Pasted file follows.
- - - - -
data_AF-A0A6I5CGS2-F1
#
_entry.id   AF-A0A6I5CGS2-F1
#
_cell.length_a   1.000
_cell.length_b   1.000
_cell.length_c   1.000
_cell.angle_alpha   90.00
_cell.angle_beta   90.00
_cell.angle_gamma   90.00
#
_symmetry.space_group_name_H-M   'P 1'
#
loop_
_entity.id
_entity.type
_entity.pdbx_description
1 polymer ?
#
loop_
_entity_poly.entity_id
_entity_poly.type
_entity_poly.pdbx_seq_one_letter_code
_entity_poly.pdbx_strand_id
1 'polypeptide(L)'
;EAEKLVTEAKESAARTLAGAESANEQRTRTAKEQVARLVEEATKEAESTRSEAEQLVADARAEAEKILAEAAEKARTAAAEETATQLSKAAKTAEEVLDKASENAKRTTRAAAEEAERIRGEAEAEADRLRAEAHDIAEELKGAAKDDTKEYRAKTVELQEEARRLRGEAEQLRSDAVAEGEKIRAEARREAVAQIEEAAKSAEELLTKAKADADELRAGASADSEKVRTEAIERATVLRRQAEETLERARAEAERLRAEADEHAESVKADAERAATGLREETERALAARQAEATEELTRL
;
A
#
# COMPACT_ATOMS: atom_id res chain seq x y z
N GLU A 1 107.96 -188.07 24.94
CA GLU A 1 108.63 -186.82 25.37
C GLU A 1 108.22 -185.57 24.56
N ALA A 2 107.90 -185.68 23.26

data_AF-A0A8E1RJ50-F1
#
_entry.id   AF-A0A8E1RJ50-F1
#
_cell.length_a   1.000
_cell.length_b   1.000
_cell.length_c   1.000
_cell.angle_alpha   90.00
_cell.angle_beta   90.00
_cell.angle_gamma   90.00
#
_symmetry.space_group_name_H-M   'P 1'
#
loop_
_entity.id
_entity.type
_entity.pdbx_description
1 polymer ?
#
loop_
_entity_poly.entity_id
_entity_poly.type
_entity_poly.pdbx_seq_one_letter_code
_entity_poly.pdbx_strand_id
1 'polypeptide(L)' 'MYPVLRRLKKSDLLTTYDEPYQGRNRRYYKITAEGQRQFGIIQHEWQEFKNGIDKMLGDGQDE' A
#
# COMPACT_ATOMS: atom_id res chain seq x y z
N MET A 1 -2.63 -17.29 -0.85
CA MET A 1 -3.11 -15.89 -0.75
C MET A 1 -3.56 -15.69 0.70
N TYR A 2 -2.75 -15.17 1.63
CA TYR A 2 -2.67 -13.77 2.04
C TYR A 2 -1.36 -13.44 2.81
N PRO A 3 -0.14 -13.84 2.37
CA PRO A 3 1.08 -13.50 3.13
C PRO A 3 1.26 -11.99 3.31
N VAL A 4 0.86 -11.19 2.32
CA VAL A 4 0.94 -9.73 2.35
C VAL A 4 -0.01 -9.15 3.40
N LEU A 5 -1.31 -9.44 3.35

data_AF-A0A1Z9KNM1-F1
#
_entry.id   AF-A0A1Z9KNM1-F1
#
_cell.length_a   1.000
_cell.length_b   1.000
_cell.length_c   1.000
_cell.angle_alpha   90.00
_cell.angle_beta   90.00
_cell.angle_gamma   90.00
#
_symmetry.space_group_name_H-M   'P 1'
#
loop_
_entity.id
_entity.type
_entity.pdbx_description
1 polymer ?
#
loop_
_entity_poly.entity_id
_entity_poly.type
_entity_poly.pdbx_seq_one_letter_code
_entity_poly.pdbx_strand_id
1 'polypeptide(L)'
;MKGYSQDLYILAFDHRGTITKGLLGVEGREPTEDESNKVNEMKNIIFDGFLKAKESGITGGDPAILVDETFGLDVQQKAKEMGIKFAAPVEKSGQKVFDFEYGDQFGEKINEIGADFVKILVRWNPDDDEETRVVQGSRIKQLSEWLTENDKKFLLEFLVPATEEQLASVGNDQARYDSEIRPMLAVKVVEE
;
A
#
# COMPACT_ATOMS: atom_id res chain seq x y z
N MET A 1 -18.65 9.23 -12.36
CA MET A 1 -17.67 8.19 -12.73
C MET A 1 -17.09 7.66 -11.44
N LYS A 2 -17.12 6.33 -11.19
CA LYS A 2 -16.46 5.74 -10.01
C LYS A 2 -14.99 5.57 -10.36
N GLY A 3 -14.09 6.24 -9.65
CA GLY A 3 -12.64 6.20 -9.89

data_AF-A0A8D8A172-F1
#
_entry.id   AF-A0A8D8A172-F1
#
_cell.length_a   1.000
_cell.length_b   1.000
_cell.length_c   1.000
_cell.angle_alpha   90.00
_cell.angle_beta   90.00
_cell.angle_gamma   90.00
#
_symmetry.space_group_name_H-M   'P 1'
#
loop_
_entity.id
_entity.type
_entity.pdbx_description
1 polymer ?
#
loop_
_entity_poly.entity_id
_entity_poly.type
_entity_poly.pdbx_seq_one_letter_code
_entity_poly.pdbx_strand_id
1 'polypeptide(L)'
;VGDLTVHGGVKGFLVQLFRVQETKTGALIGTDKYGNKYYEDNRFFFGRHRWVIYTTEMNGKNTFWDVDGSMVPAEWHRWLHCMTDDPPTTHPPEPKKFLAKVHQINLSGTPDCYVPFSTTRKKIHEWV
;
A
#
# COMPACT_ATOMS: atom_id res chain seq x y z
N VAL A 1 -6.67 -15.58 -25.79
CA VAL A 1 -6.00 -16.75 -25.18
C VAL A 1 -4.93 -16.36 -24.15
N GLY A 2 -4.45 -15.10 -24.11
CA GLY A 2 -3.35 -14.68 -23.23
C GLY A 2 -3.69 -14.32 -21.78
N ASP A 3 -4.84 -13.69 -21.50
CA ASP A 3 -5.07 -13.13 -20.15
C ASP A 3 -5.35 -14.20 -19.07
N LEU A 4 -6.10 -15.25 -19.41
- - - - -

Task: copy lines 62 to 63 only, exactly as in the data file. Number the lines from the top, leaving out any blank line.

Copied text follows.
N MET A 1 -2.63 -17.29 -0.85
CA MET A 1 -3.11 -15.89 -0.75